If Scotland’s Finance Secretary Derek Mackay increases business rates on fee-paying schools he will alienate the squeezed middle, writes Tom Peterkin.
Around quarter of a century ago, Dame Muriel Spark wrote an article for the New Yorker recalling her school days. It touched on a rather strange ritual conducted at James Gillespie High School for Girls, the Edinburgh institution that inspired her classic novel “The Prime of Miss Jean Brodie”.
Each year during the summer term, the staff would gather on a platform. The pupils then watched the teachers as they each took a pinch of snuff. The ceremony ended in much sneezing and “general hilarity”. The object of the exercise was to remember the school’s founder James Gillespie, a snuff merchant who left part of his fortune to found the school.
“This was the school that it fell to my happy lot to attend,” she wrote. “Gillespie’s endowment allowed for parents of high aspirations and slender means, like my own, to pay moderate fees in return for educational services far beyond what they were paying for.” In a nutshell, the novelist summed up the original ethos of the Scottish merchant schools, so many of which exist in one form or another to this day.
One hundred years after the birth of Dame Muriel, James Gillespie’s is now a co-educational state school.
READ MORE: Scottish private school heads attack business rates plan
But other institutions, which come from the same tradition and owe their existence to philanthropic benefactors, now form the backbone of the independent schools sector.
These schools include George Heriot’s (founded by the 17th century silversmith Jinglin’ Geordie), George Watson’s College (called after its 18th century merchant banker founder of the same name) and Fettes College (founded in 1870 as a result of a bequest made by the wealthy merchant William Fettes).
Today’s custodians of these schools – as well as the 70 or so other private day and boarding schools that make up Scotland’s independent sector – are casting a wary eye at the Scottish Government.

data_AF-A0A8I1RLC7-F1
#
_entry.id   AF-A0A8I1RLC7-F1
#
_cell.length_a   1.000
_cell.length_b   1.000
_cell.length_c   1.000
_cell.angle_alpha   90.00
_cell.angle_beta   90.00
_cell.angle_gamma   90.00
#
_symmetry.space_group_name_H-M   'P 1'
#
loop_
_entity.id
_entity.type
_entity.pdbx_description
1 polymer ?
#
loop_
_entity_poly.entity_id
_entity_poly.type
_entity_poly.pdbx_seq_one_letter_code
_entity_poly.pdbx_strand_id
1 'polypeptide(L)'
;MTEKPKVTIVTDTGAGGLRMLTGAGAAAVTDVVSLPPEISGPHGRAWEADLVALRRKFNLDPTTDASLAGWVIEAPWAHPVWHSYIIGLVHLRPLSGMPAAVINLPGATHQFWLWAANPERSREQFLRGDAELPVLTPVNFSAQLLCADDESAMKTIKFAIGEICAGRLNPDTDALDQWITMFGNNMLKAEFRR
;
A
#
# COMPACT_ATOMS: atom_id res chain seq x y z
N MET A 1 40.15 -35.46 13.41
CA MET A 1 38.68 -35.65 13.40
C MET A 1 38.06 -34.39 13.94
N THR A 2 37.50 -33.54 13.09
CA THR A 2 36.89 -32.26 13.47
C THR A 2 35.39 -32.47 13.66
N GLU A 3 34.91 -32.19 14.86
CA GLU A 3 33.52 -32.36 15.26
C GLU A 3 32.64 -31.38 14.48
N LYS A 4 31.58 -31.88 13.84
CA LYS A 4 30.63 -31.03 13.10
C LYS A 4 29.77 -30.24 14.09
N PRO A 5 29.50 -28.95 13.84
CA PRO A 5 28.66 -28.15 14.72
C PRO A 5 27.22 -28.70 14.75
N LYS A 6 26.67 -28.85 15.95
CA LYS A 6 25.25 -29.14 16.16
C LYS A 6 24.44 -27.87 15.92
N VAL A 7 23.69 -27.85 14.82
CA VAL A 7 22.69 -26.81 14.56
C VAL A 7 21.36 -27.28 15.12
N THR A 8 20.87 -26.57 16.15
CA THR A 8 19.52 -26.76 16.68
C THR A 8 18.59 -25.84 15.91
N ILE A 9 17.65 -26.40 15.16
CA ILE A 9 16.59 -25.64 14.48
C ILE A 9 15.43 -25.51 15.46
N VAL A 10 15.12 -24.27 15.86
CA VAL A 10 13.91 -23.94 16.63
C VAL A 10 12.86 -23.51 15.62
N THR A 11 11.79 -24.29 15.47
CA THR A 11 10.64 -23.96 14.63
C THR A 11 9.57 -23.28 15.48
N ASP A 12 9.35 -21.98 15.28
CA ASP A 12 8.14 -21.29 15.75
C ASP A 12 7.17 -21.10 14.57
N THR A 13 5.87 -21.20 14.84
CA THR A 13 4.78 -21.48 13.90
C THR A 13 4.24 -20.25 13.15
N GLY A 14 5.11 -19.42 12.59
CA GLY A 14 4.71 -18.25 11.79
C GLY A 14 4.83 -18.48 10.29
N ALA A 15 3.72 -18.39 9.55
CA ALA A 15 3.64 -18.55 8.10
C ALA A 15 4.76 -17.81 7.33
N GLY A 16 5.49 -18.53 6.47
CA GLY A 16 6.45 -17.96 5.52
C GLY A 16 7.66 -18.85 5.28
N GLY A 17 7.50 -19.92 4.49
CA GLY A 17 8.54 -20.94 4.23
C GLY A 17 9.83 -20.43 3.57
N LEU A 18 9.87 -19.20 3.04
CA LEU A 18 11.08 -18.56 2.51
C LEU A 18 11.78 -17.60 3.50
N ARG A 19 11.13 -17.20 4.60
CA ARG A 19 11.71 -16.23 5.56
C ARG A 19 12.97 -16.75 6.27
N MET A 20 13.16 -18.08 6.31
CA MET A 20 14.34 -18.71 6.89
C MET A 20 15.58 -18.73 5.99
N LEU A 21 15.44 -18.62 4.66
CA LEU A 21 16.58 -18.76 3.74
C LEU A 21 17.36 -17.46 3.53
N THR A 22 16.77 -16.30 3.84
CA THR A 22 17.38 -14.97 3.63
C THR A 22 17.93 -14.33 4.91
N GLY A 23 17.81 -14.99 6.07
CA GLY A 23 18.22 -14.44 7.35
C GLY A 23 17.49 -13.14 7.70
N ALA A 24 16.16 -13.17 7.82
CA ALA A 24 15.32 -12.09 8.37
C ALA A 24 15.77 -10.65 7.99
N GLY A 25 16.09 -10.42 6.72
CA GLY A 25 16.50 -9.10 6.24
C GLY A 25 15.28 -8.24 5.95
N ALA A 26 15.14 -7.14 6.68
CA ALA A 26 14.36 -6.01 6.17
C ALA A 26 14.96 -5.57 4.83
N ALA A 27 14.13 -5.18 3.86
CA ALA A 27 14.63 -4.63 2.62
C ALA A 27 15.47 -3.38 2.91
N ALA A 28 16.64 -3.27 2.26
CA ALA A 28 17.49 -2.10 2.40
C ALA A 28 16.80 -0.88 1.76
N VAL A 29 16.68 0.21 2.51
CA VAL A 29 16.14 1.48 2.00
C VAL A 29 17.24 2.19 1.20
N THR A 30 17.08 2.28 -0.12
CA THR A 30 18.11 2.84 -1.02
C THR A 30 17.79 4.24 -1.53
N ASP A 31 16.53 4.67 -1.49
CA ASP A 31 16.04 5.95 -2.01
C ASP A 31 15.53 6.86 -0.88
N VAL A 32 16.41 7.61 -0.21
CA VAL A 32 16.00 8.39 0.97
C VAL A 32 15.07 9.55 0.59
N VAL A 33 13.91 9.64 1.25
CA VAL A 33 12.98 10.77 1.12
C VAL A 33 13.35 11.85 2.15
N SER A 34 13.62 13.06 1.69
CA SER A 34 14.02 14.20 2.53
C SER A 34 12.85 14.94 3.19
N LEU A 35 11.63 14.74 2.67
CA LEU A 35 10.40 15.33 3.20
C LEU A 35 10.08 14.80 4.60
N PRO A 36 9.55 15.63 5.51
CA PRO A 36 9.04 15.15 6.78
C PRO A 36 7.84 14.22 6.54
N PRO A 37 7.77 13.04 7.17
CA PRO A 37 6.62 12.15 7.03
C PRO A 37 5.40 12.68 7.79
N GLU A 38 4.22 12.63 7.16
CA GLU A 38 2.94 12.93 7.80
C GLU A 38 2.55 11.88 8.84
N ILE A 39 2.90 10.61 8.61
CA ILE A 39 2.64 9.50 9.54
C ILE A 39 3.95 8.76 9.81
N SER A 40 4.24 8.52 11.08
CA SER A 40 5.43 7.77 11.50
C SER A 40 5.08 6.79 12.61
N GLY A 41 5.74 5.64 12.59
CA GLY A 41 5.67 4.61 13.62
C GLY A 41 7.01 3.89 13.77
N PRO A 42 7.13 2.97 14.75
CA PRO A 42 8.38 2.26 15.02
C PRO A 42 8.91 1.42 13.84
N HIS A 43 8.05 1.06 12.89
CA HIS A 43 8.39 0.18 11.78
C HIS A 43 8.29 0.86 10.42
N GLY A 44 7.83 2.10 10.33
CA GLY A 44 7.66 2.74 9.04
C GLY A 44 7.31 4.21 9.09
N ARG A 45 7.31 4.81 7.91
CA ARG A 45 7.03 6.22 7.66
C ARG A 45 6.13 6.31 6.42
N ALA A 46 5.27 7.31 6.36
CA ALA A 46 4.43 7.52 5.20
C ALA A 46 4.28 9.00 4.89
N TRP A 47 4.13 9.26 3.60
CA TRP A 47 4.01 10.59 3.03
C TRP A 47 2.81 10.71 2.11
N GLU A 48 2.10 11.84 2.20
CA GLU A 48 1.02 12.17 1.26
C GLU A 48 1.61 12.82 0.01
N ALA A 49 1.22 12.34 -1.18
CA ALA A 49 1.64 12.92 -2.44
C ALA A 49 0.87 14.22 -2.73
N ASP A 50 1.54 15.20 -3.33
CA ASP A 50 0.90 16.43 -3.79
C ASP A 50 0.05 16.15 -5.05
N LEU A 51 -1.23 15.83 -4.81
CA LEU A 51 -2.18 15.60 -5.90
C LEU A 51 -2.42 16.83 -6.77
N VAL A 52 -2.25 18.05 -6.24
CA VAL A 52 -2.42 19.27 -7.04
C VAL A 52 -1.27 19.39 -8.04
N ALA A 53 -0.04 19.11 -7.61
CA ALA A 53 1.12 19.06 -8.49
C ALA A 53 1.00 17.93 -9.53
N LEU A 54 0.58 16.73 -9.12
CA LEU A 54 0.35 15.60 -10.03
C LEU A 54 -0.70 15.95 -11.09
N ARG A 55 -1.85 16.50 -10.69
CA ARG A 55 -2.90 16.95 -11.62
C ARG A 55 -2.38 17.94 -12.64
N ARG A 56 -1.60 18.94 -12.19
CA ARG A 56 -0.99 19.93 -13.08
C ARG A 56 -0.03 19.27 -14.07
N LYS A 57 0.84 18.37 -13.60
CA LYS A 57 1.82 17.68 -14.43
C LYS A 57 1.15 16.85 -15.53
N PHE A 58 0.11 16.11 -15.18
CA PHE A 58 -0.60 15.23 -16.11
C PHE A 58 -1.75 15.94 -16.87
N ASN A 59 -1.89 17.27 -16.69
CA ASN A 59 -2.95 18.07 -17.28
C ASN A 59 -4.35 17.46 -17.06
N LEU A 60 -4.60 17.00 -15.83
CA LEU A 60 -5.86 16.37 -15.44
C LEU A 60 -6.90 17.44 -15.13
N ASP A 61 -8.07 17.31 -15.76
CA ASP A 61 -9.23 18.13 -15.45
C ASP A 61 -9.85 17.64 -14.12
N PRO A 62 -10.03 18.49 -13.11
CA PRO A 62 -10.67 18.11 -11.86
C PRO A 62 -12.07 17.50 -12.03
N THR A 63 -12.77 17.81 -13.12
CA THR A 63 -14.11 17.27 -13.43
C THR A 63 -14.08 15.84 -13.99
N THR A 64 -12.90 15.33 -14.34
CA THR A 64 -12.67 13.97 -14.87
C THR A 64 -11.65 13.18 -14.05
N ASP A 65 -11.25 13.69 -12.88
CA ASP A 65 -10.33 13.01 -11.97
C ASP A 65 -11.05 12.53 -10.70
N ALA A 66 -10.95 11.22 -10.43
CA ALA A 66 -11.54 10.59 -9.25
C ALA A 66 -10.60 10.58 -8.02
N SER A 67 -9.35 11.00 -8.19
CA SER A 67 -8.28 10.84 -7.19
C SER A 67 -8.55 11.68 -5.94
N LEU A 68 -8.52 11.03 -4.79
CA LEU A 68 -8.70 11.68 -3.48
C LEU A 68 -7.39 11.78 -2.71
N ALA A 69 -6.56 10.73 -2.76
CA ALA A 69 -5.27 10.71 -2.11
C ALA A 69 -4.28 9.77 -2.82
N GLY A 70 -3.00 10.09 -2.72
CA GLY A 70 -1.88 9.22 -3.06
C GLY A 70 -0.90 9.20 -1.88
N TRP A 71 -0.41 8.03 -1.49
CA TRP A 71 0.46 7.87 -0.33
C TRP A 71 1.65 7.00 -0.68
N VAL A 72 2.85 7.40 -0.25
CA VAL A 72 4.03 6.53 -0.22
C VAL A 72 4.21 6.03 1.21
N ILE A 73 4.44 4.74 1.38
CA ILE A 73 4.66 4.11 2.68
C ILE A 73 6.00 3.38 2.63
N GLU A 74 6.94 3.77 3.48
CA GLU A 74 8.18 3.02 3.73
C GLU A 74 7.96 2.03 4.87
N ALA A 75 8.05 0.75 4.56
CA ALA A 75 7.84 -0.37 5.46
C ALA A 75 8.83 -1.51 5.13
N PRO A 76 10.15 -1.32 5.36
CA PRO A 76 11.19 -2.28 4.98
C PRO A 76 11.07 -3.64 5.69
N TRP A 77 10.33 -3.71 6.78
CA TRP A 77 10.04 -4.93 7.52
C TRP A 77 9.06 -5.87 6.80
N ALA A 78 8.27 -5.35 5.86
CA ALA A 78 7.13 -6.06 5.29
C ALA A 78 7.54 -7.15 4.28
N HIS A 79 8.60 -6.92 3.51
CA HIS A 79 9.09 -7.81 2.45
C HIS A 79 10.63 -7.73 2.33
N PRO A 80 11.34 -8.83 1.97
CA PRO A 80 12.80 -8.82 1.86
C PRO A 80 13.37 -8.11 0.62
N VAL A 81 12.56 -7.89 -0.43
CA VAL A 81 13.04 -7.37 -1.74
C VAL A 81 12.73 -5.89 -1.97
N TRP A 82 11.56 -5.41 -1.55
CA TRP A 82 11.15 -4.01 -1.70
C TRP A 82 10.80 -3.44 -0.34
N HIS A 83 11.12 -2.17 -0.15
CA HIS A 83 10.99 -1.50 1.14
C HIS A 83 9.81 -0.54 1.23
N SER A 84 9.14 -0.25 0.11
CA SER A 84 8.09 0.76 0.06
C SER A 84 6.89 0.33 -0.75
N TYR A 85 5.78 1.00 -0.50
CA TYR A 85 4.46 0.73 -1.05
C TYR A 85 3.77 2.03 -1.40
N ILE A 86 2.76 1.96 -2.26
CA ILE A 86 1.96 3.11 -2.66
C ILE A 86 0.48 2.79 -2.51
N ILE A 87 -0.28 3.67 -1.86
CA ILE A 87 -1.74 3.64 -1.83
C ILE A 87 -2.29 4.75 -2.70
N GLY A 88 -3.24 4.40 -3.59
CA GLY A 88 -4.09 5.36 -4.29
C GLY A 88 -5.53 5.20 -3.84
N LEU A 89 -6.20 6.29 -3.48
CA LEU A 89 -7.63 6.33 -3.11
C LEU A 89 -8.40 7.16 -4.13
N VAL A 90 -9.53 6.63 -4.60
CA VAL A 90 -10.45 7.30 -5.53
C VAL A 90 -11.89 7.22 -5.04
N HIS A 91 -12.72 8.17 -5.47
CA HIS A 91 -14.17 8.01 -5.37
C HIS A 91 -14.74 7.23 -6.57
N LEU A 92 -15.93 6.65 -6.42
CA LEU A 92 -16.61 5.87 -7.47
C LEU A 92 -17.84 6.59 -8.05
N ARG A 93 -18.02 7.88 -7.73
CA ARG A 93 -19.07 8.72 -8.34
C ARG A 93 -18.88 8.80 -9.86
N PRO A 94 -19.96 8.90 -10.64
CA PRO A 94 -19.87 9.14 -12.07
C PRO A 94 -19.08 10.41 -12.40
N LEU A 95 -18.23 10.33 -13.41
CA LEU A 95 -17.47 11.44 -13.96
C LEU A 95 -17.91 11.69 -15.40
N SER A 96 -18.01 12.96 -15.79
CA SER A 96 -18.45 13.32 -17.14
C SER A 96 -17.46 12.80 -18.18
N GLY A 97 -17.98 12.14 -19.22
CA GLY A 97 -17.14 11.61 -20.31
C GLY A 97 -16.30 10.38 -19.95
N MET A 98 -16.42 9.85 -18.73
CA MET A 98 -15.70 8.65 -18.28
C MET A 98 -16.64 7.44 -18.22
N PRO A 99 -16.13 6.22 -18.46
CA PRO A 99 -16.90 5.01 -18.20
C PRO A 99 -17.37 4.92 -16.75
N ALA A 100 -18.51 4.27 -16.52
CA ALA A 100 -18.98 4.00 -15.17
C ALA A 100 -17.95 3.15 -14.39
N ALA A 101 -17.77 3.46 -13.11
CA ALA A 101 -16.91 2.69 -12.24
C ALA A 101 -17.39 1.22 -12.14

The notion that Scottish ministers have private schools in their sights was given a shot in the arm with the publication of the Barclay Review into business rates back in September.
Among the more controversial proposals were its recommendations to end rates relief enjoyed by fee-paying schools and the arms-length bodies (ALEOs) which run local authority leisure and cultural facilities.
This week Finance Secretary Derek Mackay announced the Scottish Government would not be going ahead with the proposal to penalise ALEOs. The u-turn was a victory for common sense. It was performed after ministers were lobbied hard about the devastating impact a business rates hike would have on local swimming pools, leisure centres and libraries across the country. A matter of hours before a Tory debate condemning the closure of such facilities, Mr Mackay announced he would not be taking the recommendation forward.
READ MORE: Scottish private schools face £5m business rate tax hike
The Finance Secretary’s announcement made no mention of what he intended to do about the Barclay proposal to increase the business rates on private schools – an omission that simply fuelled speculation that they are to be hit with a business rates hike.
Political attacks from those who see private schools as elitist institutions that exist to serve the wealthy and the privileged are nothing new.
In the 1970s, left-wingers on the old Lothian Regional Council believed the schools had strayed far from their aim to serve parents of “slender means” and tried to turn Heriot’s and Mary Erskine into state comprehensives.
The move triggered the “Hands Off Heriot’s” campaign that saw the school’s supporters enlist the formidable counter-attacking skills of famous former pupils and Scotland rugby full-backs, Ken Scotland and Andy Irvine.
The threat facing private schools today may not involve bouncing them into the public sector, but it would create substantial challenges.
The removal of the 80 per cent business rates relief that fee-paying schools currently receive as a result of their charitable status would add hundreds of thousands of pounds to the running costs of the big day schools.
The consequence of that would be to force fees up, in some cases by several hundred pounds. Should Mr Mackay go-ahead with increasing the business rates burden faced by private schools, it will be based on a political calculation that the plaudits he receives from left-wingers will outweigh the dismay felt by private school parents.
Mr Mackay is due to announce his decision in next month’s budget – a political occasion that is almost certain to see income tax rises.
Delivering a budget that combines hammering private schools with tax rises will do little to endear Mr Mackay to an increasingly squeezed Scottish middle class.
But more than that, rising fees will make private schools more elitist as they become less affordable.
The pot of money that can be spent on bursaries for children from poor backgrounds will also be reduced. With more than 29,000 Scottish children in private schools, diminution of the sector would put strain on a stretched state system.
Moving away further away from the Muriel Spark model seems a big price to pay for a measure that, according to the Barclay Review, would only raise £5 million.